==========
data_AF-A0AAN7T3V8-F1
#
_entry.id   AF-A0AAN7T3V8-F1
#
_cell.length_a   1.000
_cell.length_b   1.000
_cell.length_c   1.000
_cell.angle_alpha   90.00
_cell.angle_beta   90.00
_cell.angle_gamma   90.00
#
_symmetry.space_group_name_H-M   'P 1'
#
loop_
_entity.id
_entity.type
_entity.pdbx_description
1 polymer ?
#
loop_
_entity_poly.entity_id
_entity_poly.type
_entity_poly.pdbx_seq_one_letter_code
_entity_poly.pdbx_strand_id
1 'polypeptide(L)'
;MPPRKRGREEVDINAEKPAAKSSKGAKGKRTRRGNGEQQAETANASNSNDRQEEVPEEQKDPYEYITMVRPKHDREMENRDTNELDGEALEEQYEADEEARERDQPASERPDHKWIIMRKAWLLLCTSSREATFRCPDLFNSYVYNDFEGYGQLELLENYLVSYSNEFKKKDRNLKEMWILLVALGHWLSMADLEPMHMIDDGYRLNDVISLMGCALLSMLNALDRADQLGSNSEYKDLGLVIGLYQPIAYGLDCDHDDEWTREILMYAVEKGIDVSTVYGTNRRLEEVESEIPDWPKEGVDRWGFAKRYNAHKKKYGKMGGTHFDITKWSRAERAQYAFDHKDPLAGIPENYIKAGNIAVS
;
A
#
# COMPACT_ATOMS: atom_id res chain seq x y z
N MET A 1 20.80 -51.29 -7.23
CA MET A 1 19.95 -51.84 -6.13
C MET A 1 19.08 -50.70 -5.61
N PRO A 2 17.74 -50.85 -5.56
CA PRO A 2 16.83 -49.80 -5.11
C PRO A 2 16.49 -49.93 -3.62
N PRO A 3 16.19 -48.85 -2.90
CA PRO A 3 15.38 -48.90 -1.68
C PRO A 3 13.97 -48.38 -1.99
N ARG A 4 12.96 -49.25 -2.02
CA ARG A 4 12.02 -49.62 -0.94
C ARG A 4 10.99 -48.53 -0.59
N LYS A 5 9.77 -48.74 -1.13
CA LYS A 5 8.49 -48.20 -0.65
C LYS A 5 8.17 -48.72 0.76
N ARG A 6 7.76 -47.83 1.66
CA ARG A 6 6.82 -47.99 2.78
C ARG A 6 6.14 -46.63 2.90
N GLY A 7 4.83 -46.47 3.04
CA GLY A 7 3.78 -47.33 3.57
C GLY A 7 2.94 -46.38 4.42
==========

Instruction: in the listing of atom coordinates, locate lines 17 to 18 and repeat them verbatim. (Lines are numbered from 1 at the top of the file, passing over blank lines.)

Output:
_entity.pdbx_description
1 polymer ?